MOLECULAR IMAGING SERIES: Cardiovascular Molecular Imagingopment are important in chronic ischemic ventricular dysfunction.Innovations in molecular imagingmay allow refinement of the characterization of jeopardized myocardium and,thus, further improvement of diagnosticand prognostic assessment of myocardial viability in the future. The extent ofapoptotic cell death in hibernating myocardium may be identified by using tracers such as radiolabeled annexin V. Thismay allow one to identify the severity ofischemic damage and the transitionfrom programmed cell survival to programmed cell death. Other biologic targets for molecular imaging in chronicdysfunctional myocardium may be extracellular matrix activation, collagendeposition, or inflammation. Finally,multimodality imaging may be of specialvalue in chronic left ventricular dysfunction by providing a combination of morphologic, functional, and metabolic information (Fig 4).Heart FailureIn the United States, approximately 5million patients have HF, with an estimated 500 000 new cases diagnosedeach year (76). HF is the leading causeof morbidity, mortality, and hospitalization in patients older than 60 years andis the most common Medicare diagnosis-related group (77). The direct andindirect cost of HF was estimated at 23.2 billion in 2002 (78). Clearly, thisdisease exerts major societal burdenand costs. Yet, despite recent advancesin medical therapy, nearly 300 000 patients will die of HF as a primary orsecondary cause each year (79). Therefore, other treatment approaches, suchas implantable cardioverter defibrillator(ICD), cardiac resynchronization therapy, cardiac gene therapy, and cardiacstem cell transplantation, have been advocated. The last two subjects will bediscussed in subsequent sections of thisarticle.It is known that approximately 50%of all HF deaths are caused by ventricular tachycardia and approximately 80%of patients with symptomatic systolicdysfunction have ventricular tachycardia (80). Results of the Multicenter AuRadiology: Volume 244: Number 2—August 2007Wu et alFigure 4Figure 4: Multimodality imaging of myocardial viability. Short-axis MR images show late enhancement ofgadopentetate dimeglumine (in gray scale) and PET images show glucose metabolism (using FDG) and perfusion (using [13N]ONH3[NH3]). PET images are displayed in a hot metal color scale where brighter colorindicates higher radioactivity concentration. Nontransmural late enhancement, indicating subendocardialscar tissue, is shown on MR images. PET scans show reduced perfusion in the same area (bottom middle), butFDG uptake is less reduced and higher compared with perfusion (top middle). This perfusion-metabolismmismatch indicates residual viability in the subepicardial portion of the area with subendocardial scar. IRTrueFISP Gd inversion-recovery true fast imaging with steady-state precession and gadolinium-basedcontrast agent.tomatic Defibrillator Implantation Trial(also known as MADIT-II) showed thatroutine implantation of ICDs in patientswith a prior MI and an ejection fractionof less than 30% led to reduction ofmortality rates from 19.8% (conventional therapy group) to 14.2% (ICDgroup) (hazard ratio 0.69, P .16)(81). Findings in this study suggestedthat ICD implantation should be considered routinely in all patients with reduced ventricular ejection fraction afterMI (82). Besides risk of sudden cardiacdeath, patients with HF can have intraventricular dyssynchrony (or left bundlebranch block), which causes the twoventricles to beat in an asynchronousfashion, reduces systolic function, andincreases systolic volume.Intraventricular dyssynchrony isseen in approximately 15%–30% of patients with HF (83). Cardiac resynchronization therapy paces both the rightand left ventricle, which can synchronize the activation of the heart and,thus, improve left ventricular systolicfunction (84). This differs from the typical pacemaker, which paces only theright ventricle. In the Multicenter InSync Randomized Clinical Evaluation(also called MIRACLE), results indicated that cardiac resynchronizationtherapy improved symptoms, exercisetolerance, and quality of life substantially (84). However, the estimated costof cardiac resynchronization therapyand/or ICD and hospitalization for implantation is between 40 000 and 50 000 per patient (78). Applying thisexpense to the estimated 400 000 to 1.5million patients with HF who may benefit from ICD poses an astronomic burden to health care costs. In addition, anestimated 20%–30% of patients do notrespond to cardiac resynchronizationtherapy (85). Thus, these issues empha343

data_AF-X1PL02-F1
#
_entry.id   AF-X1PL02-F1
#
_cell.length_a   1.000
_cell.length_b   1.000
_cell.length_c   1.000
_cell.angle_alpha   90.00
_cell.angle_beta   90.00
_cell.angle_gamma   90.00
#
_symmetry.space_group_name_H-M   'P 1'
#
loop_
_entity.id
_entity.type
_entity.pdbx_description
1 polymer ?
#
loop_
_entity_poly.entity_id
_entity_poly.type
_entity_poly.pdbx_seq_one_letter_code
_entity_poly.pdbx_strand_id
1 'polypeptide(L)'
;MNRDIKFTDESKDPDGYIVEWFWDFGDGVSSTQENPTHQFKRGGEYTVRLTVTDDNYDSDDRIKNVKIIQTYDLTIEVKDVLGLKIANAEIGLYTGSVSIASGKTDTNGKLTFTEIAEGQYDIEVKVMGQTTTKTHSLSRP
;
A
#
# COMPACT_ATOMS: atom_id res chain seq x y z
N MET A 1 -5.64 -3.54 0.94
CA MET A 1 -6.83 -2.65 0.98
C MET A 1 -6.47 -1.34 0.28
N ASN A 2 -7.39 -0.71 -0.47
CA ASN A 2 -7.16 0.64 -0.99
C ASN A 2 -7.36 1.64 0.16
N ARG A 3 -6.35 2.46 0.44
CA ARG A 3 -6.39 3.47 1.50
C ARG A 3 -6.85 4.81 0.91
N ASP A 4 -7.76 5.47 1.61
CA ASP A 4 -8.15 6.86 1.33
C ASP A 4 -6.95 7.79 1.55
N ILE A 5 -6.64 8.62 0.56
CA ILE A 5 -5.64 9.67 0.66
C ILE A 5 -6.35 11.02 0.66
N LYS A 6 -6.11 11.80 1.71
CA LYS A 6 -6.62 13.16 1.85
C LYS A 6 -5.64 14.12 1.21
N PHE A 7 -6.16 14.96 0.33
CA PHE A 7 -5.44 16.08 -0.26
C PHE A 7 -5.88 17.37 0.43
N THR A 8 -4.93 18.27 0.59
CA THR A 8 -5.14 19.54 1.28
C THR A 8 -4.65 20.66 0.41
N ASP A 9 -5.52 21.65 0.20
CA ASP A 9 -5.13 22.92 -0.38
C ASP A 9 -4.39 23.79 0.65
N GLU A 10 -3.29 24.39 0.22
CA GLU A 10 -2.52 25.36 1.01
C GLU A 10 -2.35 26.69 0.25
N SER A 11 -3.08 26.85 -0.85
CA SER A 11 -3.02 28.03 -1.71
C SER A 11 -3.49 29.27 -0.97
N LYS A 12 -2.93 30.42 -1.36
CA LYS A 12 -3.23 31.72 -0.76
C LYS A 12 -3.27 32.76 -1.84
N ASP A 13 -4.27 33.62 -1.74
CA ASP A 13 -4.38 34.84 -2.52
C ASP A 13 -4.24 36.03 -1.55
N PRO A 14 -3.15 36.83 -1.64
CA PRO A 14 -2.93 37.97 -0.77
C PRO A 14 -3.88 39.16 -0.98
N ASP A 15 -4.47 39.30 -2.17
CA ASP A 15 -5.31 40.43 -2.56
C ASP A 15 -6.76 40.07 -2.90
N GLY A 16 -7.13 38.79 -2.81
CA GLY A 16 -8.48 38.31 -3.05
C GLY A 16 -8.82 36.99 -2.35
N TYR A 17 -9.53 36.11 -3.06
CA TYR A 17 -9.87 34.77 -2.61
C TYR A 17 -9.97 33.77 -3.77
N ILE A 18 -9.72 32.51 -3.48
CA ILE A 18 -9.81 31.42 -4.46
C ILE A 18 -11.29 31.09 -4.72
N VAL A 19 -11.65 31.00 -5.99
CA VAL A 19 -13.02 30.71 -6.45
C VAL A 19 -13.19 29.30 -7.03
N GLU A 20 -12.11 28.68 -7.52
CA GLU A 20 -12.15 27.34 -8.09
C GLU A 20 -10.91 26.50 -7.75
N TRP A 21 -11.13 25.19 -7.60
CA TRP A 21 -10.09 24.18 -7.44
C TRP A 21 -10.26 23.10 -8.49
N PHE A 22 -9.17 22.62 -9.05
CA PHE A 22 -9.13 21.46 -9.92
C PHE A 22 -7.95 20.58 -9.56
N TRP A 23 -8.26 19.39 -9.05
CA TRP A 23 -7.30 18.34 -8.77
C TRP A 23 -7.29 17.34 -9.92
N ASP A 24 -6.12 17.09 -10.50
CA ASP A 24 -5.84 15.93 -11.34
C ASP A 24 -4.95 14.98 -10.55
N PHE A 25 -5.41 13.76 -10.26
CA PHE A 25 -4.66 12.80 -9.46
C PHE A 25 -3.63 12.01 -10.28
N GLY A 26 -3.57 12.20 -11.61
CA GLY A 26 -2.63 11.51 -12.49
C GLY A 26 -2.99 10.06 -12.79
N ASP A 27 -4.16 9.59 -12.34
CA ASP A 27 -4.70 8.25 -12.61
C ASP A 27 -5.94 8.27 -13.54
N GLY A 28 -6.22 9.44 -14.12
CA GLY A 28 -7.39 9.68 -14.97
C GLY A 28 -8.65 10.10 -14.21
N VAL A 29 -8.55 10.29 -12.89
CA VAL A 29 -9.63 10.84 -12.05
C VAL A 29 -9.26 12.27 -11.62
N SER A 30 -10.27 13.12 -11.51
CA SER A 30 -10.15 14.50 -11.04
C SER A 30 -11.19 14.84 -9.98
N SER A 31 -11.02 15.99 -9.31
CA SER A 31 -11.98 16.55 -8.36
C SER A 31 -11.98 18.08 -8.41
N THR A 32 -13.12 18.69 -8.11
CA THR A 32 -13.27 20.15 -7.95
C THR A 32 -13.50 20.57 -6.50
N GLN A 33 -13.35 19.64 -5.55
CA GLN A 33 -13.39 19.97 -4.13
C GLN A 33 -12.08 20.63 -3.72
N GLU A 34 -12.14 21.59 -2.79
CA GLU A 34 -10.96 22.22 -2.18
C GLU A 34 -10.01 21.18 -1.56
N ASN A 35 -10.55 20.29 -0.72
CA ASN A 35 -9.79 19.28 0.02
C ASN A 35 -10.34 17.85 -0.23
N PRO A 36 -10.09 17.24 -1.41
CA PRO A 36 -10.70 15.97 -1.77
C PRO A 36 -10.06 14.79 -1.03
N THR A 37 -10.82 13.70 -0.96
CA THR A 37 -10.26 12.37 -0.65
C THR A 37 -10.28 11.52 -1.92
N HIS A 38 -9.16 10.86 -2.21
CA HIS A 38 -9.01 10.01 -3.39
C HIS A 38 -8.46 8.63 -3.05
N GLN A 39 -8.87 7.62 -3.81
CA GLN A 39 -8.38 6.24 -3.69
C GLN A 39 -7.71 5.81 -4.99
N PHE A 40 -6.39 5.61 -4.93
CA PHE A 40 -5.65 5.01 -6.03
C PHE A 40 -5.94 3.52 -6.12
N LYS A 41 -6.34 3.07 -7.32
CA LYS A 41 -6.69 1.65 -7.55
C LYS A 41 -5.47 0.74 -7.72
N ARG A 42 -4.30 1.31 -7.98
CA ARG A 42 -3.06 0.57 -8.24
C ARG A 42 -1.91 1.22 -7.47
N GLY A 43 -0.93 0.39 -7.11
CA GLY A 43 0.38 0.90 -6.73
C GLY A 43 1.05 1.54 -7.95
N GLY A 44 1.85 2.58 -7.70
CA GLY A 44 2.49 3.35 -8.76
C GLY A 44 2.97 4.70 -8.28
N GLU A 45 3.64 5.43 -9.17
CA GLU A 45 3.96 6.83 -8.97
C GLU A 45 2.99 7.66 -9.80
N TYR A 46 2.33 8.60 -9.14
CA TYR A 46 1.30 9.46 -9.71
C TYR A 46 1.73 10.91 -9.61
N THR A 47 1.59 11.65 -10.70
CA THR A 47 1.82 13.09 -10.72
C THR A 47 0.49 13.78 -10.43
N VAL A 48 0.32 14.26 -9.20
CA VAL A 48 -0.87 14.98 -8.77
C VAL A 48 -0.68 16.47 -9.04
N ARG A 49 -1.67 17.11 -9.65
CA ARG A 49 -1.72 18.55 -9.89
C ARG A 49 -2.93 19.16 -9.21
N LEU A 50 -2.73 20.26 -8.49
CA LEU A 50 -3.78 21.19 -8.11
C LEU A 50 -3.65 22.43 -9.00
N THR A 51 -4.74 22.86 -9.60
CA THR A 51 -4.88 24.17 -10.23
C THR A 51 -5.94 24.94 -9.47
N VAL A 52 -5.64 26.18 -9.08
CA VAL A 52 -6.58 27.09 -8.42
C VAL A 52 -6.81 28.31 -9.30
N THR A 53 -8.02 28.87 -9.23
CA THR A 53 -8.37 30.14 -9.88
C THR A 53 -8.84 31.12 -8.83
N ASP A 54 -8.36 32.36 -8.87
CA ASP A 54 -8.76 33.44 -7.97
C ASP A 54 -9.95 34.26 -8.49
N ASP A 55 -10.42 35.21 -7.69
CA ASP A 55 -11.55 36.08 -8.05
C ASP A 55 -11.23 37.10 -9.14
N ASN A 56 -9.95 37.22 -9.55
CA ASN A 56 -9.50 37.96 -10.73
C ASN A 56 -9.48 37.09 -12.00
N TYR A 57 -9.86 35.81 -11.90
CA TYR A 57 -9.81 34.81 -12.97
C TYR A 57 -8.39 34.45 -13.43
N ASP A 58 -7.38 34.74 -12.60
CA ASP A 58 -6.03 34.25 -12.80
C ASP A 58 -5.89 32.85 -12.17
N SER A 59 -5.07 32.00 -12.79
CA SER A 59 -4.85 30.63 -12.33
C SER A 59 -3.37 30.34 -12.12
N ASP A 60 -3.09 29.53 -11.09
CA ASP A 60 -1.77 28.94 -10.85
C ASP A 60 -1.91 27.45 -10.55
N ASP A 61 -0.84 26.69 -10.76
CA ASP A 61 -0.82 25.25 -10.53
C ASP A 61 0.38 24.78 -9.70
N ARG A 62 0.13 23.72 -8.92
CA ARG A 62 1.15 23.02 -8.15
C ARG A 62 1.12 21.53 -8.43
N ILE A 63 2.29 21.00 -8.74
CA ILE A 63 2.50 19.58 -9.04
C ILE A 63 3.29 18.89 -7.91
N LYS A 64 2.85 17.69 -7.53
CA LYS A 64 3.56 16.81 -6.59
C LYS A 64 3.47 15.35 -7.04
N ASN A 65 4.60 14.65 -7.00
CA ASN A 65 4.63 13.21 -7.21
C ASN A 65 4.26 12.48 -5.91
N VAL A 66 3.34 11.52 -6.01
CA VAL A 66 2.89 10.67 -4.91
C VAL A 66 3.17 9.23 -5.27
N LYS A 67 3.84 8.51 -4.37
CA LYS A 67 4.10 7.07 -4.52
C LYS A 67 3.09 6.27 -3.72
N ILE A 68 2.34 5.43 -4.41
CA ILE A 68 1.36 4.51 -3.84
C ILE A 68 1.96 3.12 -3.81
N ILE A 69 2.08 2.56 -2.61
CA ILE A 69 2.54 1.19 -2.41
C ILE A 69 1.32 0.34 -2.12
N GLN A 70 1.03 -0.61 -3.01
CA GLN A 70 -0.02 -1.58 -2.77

MOLECULAR IMAGING SERIES: Cardiovascular Molecular Imagingsize the need for additional measuresthat can be used to selectively identifywhich patients will benefit the mostfrom ICD and cardiac resynchronizationtherapy.Traditio
plantation. Traditional methods of evaluation for these diseases will be presented ﬁrst, followed by methods that incorporate conventional and molecular imaging ap-proaches. RSNA, 2007 1 From the Department of Medicine, Division of Cardiology (J.C.W.), Department of Radiology, Molecular Imaging Program at Stanford (J.C.W., S.S.G.), and Bio-X .